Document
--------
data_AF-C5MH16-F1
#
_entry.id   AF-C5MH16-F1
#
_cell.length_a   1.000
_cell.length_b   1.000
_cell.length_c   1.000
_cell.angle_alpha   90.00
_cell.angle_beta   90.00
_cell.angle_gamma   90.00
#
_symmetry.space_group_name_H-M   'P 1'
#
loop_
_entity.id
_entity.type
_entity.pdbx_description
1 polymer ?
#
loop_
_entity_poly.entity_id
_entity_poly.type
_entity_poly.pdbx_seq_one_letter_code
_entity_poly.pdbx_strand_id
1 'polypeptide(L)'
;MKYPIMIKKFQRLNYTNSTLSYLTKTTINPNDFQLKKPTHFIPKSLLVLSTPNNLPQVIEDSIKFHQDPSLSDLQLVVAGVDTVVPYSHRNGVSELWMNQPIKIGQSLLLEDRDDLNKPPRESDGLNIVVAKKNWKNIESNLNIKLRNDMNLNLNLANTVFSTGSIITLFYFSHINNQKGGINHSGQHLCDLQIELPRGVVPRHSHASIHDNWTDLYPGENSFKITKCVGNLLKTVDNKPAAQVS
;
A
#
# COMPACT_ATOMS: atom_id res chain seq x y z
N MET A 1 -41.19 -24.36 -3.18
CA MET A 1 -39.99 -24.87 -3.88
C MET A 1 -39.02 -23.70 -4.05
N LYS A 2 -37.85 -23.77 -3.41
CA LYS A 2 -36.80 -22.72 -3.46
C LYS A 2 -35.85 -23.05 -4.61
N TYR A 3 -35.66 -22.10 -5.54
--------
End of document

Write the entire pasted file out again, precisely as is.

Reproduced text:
data_AF-C5MH16-F1
#
_entry.id   AF-C5MH16-F1
#
_cell.length_a   1.000
_cell.length_b   1.000
_cell.length_c   1.000
_cell.angle_alpha   90.00
_cell.angle_beta   90.00
_cell.angle_gamma   90.00
#
_symmetry.space_group_name_H-M   'P 1'
#
loop_
_entity.id
_entity.type
_entity.pdbx_description
1 polymer ?
#
loop_
_entity_poly.entity_id
_entity_poly.type
_entity_poly.pdbx_seq_one_letter_code
_entity_poly.pdbx_strand_id
1 'polypeptide(L)'
;MKYPIMIKKFQRLNYTNSTLSYLTKTTINPNDFQLKKPTHFIPKSLLVLSTPNNLPQVIEDSIKFHQDPSLSDLQLVVAGVDTVVPYSHRNGVSELWMNQPIKIGQSLLLEDRDDLNKPPRESDGLNIVVAKKNWKNIESNLNIKLRNDMNLNLNLANTVFSTGSIITLFYFSHINNQKGGINHSGQHLCDLQIELPRGVVPRHSHASIHDNWTDLYPGENSFKITKCVGNLLKTVDNKPAAQVS
;
A
#
# COMPACT_ATOMS: atom_id res chain seq x y z
N MET A 1 -41.19 -24.36 -3.18
CA MET A 1 -39.99 -24.87 -3.88
C MET A 1 -39.02 -23.70 -4.05
N LYS A 2 -37.85 -23.77 -3.41
CA LYS A 2 -36.80 -22.72 -3.46
C LYS A 2 -35.85 -23.05 -4.61
N TYR A 3 -35.66 -22.10 -5.54